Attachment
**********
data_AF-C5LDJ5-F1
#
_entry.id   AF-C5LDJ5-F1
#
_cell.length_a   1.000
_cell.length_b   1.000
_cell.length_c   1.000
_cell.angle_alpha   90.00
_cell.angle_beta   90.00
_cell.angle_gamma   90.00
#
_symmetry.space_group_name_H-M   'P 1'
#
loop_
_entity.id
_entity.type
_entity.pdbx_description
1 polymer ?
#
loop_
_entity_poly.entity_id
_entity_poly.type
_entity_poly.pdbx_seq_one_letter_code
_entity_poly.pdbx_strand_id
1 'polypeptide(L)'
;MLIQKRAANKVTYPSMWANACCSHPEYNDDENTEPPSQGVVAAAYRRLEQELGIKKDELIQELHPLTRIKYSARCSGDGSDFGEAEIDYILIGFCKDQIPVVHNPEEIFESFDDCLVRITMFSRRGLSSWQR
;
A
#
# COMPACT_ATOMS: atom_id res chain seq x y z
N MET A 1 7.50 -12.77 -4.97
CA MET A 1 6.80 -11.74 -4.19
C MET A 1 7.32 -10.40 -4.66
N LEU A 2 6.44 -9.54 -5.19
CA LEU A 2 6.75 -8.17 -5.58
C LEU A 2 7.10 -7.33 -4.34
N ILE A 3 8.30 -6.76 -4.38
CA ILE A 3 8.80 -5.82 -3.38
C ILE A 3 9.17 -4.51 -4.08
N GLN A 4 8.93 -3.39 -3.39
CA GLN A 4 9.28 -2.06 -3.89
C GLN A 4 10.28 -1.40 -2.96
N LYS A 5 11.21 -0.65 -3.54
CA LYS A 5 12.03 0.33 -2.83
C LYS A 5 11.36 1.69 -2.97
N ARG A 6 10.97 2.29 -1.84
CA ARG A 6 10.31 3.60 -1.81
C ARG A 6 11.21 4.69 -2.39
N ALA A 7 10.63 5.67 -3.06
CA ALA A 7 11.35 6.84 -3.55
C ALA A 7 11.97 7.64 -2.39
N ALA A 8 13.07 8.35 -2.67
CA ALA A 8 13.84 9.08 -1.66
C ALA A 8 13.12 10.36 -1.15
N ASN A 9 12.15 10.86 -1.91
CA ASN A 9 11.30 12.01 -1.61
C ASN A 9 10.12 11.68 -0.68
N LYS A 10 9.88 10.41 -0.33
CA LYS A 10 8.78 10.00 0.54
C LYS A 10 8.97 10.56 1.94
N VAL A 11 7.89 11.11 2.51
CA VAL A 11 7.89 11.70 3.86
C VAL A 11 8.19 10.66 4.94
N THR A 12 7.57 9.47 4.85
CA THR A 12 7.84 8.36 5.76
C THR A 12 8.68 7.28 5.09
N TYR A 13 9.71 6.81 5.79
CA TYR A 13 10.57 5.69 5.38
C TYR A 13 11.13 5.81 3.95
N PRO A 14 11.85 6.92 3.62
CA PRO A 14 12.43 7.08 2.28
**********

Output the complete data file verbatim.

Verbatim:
data_AF-C5LDJ5-F1
#
_entry.id   AF-C5LDJ5-F1
#
_cell.length_a   1.000
_cell.length_b   1.000
_cell.length_c   1.000
_cell.angle_alpha   90.00
_cell.angle_beta   90.00
_cell.angle_gamma   90.00
#
_symmetry.space_group_name_H-M   'P 1'
#
loop_
_entity.id
_entity.type
_entity.pdbx_description
1 polymer ?
#
loop_
_entity_poly.entity_id
_entity_poly.type
_entity_poly.pdbx_seq_one_letter_code
_entity_poly.pdbx_strand_id
1 'polypeptide(L)'
;MLIQKRAANKVTYPSMWANACCSHPEYNDDENTEPPSQGVVAAAYRRLEQELGIKKDELIQELHPLTRIKYSARCSGDGSDFGEAEIDYILIGFCKDQIPVVHNPEEIFESFDDCLVRITMFSRRGLSSWQR
;
A
#
# COMPACT_ATOMS: atom_id res chain seq x y z
N MET A 1 7.50 -12.77 -4.97
CA MET A 1 6.80 -11.74 -4.19
C MET A 1 7.32 -10.40 -4.66
N LEU A 2 6.44 -9.54 -5.19
CA LEU A 2 6.75 -8.17 -5.58
C LEU A 2 7.10 -7.33 -4.34
N ILE A 3 8.30 -6.76 -4.38
CA ILE A 3 8.80 -5.82 -3.38
C ILE A 3 9.17 -4.51 -4.08
N GLN A 4 8.93 -3.39 -3.39
CA GLN A 4 9.28 -2.06 -3.89
C GLN A 4 10.28 -1.40 -2.96
N LYS A 5 11.21 -0.65 -3.54
CA LYS A 5 12.03 0.33 -2.83
C LYS A 5 11.36 1.69 -2.97
N ARG A 6 10.97 2.29 -1.84
CA ARG A 6 10.31 3.60 -1.81
C ARG A 6 11.21 4.69 -2.39
N ALA A 7 10.63 5.67 -3.06
CA ALA A 7 11.35 6.84 -3.55
C ALA A 7 11.97 7.64 -2.39
N ALA A 8 13.07 8.35 -2.67
CA ALA A 8 13.84 9.08 -1.66
C ALA A 8 13.12 10.36 -1.15
N ASN A 9 12.15 10.86 -1.91
CA ASN A 9 11.30 12.01 -1.61
C ASN A 9 10.12 11.68 -0.68
N LYS A 10 9.88 10.41 -0.33
CA LYS A 10 8.78 10.00 0.54
C LYS A 10 8.97 10.56 1.94
N VAL A 11 7.89 11.11 2.51
CA VAL A 11 7.89 11.70 3.86
C VAL A 11 8.19 10.66 4.94
N THR A 12 7.57 9.47 4.85
CA THR A 12 7.84 8.36 5.76
C THR A 12 8.68 7.28 5.09
N TYR A 13 9.71 6.81 5.79
CA TYR A 13 10.57 5.69 5.38
C TYR A 13 11.13 5.81 3.95
N PRO A 14 11.85 6.92 3.62
CA PRO A 14 12.43 7.08 2.28